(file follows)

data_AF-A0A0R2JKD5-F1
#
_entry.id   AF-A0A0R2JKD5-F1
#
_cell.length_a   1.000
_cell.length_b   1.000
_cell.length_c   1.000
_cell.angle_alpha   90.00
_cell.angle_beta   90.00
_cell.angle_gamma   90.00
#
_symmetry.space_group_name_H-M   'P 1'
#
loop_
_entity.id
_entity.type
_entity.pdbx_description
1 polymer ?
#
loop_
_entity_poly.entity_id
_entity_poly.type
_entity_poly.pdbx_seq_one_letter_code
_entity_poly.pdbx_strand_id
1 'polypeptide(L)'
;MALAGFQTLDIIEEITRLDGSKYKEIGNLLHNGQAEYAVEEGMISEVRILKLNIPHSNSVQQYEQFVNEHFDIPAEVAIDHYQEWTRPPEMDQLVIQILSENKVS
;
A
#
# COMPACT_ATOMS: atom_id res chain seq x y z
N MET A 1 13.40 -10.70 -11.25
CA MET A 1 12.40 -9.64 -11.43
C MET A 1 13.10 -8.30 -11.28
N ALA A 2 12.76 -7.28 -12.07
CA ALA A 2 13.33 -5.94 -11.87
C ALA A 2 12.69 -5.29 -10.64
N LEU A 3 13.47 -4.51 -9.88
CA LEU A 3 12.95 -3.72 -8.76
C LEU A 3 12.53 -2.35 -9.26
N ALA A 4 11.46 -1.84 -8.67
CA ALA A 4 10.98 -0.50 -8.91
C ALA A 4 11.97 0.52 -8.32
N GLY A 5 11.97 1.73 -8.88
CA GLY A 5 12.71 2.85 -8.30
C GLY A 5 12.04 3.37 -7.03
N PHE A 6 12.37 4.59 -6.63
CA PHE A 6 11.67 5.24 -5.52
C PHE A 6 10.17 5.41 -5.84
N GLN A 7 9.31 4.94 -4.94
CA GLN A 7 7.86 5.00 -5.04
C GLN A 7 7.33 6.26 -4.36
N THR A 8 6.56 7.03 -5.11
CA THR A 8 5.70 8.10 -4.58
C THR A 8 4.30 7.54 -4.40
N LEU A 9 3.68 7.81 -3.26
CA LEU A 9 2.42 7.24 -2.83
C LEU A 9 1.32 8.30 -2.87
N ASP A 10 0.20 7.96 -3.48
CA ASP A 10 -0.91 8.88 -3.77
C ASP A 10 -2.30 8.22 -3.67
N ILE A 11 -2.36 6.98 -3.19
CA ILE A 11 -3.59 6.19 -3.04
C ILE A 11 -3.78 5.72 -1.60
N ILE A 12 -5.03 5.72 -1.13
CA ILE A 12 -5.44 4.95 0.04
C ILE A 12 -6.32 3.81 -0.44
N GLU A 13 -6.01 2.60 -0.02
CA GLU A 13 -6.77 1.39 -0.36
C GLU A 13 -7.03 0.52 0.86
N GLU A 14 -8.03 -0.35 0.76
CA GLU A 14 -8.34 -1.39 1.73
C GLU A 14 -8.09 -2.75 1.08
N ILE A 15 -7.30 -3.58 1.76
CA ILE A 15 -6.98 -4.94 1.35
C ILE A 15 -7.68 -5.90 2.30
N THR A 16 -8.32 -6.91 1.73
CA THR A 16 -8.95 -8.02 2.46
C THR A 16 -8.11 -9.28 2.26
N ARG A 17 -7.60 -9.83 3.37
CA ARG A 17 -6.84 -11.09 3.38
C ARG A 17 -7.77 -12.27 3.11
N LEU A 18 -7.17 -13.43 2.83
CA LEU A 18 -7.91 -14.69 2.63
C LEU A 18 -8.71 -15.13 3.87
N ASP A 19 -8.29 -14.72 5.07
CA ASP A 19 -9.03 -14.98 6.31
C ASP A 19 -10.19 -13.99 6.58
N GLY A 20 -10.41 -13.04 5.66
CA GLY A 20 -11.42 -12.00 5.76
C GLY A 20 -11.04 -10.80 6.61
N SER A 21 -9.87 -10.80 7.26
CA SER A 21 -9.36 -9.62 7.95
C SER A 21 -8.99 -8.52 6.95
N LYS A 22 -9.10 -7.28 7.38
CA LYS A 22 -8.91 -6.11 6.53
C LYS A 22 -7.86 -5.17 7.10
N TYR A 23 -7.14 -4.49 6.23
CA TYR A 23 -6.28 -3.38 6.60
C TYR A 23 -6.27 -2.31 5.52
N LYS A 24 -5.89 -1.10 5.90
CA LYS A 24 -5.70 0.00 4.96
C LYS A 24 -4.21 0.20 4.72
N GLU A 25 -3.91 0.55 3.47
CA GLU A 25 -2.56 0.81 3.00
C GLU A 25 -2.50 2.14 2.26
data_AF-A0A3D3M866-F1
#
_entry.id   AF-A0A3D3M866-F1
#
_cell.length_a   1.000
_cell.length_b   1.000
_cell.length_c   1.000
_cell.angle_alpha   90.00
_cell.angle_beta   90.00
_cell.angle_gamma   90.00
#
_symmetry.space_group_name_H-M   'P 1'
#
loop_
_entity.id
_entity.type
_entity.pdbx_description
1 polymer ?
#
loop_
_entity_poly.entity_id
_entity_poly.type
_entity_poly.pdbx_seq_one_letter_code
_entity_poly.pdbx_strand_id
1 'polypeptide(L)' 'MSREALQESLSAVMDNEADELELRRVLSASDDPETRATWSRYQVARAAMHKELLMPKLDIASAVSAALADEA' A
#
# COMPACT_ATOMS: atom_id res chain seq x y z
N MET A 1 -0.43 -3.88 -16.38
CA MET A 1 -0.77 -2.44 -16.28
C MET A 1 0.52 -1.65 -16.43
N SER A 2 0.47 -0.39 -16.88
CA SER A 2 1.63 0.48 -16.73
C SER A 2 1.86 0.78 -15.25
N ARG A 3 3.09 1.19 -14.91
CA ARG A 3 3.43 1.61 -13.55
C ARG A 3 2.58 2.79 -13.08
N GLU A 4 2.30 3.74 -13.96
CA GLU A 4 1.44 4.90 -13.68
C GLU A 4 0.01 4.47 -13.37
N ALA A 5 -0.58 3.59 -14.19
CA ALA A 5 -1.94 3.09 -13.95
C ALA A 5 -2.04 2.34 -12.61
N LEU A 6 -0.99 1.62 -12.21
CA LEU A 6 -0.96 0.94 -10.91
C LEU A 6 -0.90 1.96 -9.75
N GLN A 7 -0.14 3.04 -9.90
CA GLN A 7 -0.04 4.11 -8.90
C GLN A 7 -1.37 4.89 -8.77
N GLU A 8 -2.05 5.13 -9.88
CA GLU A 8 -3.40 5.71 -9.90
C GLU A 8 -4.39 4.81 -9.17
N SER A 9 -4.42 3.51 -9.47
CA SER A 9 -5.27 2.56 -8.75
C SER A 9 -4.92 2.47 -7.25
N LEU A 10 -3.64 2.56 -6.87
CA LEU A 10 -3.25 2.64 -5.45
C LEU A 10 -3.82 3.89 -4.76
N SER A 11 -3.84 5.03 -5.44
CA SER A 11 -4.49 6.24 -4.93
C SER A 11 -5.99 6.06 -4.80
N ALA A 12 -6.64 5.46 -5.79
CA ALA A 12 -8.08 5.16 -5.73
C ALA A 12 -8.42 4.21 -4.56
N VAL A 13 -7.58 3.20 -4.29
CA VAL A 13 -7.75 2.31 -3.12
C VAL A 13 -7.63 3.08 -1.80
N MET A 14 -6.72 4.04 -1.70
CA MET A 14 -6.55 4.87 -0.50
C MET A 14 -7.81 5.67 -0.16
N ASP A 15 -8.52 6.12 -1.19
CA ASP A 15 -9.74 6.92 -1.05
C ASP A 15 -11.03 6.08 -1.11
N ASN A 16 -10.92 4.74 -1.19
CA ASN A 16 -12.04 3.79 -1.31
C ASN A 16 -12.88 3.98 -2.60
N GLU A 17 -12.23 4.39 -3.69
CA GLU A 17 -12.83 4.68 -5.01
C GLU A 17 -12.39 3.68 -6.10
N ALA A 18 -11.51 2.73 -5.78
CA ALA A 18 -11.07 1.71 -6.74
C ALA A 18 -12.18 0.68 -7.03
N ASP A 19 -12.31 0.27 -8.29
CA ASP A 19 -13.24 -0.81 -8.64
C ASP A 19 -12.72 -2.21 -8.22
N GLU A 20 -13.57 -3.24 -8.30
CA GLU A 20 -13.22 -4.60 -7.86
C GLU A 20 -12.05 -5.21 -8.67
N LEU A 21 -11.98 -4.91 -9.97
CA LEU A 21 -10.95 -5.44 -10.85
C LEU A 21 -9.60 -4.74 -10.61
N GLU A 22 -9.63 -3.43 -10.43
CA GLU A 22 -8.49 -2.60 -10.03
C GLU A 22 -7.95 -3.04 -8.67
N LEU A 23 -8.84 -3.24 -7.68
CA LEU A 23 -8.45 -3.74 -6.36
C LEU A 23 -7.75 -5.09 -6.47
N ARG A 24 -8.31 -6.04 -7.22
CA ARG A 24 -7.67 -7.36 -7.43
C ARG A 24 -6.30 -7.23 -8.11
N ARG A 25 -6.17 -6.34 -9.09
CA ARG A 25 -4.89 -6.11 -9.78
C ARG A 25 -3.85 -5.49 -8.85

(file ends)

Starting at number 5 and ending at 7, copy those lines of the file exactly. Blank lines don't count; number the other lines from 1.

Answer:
_cell.length_a   1.000
_cell.length_b   1.000
_cell.length_c   1.000